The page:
How Dogs Respond To Human Language


New Member
Some of you may know I am doing a speech about dog-human communication and part of this speech is talking about how does understand human language and verbal cues. I have done researched but am getting different view points and not really concise information. Do you guys know of any good websites that have information on this topic? or do you know anything about it?



Honored Member
where is the other thread on this very same topic?

i do think, some of us responding on the other thread, thought you were interested in understanding A DOG'S language..........sorry.

thing is, much of dog language is open to some interpretation, it is not always hard science, and context matters sometimes. Some dog signals always mean the same thing, from one dog to the next, for example, a growl is always a warning. (about what, can vary from dog to dog, or from one situation to another, but the dog IS giving a warning when he growls)

EDIT: well, nope, my dog growls at my guy (never me, but at my guy) when they play tug toy. Buddy is not giving a warning, he is just playing, so context matters.......

There are dog signals that most dog experts agree mean this or that,
but, not all the cues are in complete agreement by all the experts. so "concise" might go out the window, when one has to add in all the possible situations where a dog "word" might mean something else from one situation to another.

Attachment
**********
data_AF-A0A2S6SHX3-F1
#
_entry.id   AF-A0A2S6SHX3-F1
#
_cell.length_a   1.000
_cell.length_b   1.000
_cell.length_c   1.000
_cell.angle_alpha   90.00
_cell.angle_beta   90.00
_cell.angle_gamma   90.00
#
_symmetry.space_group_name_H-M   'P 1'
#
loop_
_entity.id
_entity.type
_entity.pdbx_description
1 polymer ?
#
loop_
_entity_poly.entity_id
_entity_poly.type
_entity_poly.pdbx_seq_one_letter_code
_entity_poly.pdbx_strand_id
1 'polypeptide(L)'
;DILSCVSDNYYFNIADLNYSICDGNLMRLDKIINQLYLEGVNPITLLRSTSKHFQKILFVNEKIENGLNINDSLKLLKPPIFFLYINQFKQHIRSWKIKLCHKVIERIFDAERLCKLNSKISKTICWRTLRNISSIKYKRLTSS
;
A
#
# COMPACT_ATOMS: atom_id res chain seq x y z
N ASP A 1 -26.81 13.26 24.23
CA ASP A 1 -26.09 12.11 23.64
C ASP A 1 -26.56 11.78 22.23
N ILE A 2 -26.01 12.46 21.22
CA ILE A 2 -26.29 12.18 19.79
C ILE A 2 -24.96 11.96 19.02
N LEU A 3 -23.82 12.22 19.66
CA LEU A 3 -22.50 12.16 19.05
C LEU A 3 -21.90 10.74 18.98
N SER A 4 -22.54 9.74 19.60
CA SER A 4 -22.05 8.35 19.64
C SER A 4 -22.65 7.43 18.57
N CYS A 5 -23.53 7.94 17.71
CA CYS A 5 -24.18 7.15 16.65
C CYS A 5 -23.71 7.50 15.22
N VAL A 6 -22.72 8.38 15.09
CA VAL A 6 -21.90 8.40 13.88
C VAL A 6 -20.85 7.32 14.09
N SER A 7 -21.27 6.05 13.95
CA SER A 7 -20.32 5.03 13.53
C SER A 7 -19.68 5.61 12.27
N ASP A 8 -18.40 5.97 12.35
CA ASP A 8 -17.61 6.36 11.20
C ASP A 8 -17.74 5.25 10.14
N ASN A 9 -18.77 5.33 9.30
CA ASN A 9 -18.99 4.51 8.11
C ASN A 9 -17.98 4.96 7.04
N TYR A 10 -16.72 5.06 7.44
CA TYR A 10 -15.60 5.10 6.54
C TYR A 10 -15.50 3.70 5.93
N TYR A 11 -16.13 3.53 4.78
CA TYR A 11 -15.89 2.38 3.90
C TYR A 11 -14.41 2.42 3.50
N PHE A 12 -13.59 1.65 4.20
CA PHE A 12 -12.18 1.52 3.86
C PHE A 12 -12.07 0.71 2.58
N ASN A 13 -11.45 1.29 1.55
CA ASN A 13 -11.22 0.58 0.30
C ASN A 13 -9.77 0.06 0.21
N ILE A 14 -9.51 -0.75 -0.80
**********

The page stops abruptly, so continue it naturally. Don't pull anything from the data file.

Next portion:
and re: what the dog thinks various human words mean,
can vary from one home to another. My dog thinks "beer" means "speak", for example.:ROFLMAO:

and that is easy enough to prove, that dogs DO understand human cues and words, if you have a video cam.


Honored Member
//"...........and part of this speech is talking about how does understand human language and verbal cues. "//

this is easy. Video your dog doing a trained trick. The dog can prove, he DOES understand your word to perform his trained trick.

i myself do NOT think any dog knows any human word, unless he is taught, whether formally ("rollover")
or informally through association of the word + event. ("go bye bye").


Honored Member
so, you are looking for links,
which lists human words that dogs DO understand?

but, that will vary, from one dog to another, and from one country to another,
as dogs are taught what a word means by it's owner.


Honored Member
Staff member
This is not through any "scientific" evidence of any kind, but personally it makes a lot of sense to think that a dog doesn't really know the definition of "sit." They just know that when you say it, and they perform a behavior, they get rewarded for it. You could just as easily teach your dog to spin in a circle when you tell them "sit." They don't know the word's definition, they just know that when you ask for a down they don't get rewarded for speaking, but when they lie down they get rewarded. When you ask for a spin, they don't get rewarded for retrieving their ball, but they get rewarded for spinning. So in this simple way of thinking about it, the most obvious conclusion is that it's all about what's rewarded and what's not. Yes, they do develop a connection of this word=this behavior, but if your dog could talk and you asked him what something meant, he wouldn't really know. If you asked him what "Shake" meant, he'd probably tell you, "Well I paw at you when you tell me that and you give me treats." (Assuming he had the vocabulary to form that sentence! :) ) So it's really all about conditioning a response in your dog. They don't necessarily "understand" the word itself in the human sense of the word "understand," but they understand that they get rewarded for certain behaviors when certain sounds(words) are made.